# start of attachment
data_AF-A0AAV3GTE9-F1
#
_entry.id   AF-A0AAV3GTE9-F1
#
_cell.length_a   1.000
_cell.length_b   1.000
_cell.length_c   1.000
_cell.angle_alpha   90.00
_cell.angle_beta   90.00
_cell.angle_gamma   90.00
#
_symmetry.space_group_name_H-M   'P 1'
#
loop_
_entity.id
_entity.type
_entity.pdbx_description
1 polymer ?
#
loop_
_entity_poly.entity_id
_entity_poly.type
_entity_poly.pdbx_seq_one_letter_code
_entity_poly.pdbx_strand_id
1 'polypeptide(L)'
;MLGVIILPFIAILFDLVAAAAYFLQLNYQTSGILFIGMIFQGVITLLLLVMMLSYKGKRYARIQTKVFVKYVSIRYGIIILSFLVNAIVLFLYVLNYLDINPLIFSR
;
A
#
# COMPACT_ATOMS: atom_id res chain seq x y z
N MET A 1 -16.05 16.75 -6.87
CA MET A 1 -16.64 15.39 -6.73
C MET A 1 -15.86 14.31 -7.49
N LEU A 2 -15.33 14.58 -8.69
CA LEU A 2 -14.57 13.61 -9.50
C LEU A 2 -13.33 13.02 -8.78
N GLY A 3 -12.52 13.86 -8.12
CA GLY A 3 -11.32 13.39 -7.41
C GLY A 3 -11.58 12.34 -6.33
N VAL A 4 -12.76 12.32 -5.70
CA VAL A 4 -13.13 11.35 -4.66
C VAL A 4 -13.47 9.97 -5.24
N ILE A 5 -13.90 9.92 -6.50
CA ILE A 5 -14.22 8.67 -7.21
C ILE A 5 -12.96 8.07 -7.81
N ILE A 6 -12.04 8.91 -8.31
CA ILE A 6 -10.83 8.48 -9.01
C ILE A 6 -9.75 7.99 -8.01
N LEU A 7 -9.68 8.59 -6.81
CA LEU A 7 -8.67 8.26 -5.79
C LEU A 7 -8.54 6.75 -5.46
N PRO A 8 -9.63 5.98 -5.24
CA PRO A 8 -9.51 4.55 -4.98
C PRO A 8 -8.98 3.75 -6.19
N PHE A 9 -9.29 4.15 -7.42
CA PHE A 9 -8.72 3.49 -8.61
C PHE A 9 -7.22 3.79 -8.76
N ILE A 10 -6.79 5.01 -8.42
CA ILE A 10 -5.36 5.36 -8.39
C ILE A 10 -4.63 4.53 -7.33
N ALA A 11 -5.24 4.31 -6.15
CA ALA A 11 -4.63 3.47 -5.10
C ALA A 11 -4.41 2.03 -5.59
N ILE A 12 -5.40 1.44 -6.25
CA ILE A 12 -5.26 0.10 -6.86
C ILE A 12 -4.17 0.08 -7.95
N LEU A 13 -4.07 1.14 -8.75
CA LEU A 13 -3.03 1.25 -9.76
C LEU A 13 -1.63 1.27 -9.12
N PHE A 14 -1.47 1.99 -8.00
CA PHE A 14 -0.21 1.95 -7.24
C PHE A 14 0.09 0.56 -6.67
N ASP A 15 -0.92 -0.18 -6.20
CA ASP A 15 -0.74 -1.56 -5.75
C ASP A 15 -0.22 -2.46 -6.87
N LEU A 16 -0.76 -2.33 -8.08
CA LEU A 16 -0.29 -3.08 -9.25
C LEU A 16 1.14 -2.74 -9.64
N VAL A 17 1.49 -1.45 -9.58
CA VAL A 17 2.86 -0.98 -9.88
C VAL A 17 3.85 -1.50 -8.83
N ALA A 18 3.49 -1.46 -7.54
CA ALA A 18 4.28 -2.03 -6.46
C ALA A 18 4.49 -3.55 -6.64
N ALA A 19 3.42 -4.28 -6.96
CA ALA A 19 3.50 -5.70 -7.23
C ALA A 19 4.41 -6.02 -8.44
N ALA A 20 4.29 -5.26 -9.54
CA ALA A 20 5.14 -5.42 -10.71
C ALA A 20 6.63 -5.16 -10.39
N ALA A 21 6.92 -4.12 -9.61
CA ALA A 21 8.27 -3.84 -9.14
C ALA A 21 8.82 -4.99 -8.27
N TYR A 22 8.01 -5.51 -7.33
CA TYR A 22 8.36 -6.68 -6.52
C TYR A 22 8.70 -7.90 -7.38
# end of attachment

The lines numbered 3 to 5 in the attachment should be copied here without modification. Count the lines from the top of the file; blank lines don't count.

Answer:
_entry.id   AF-A0AAV3GTE9-F1
#
_cell.length_a   1.000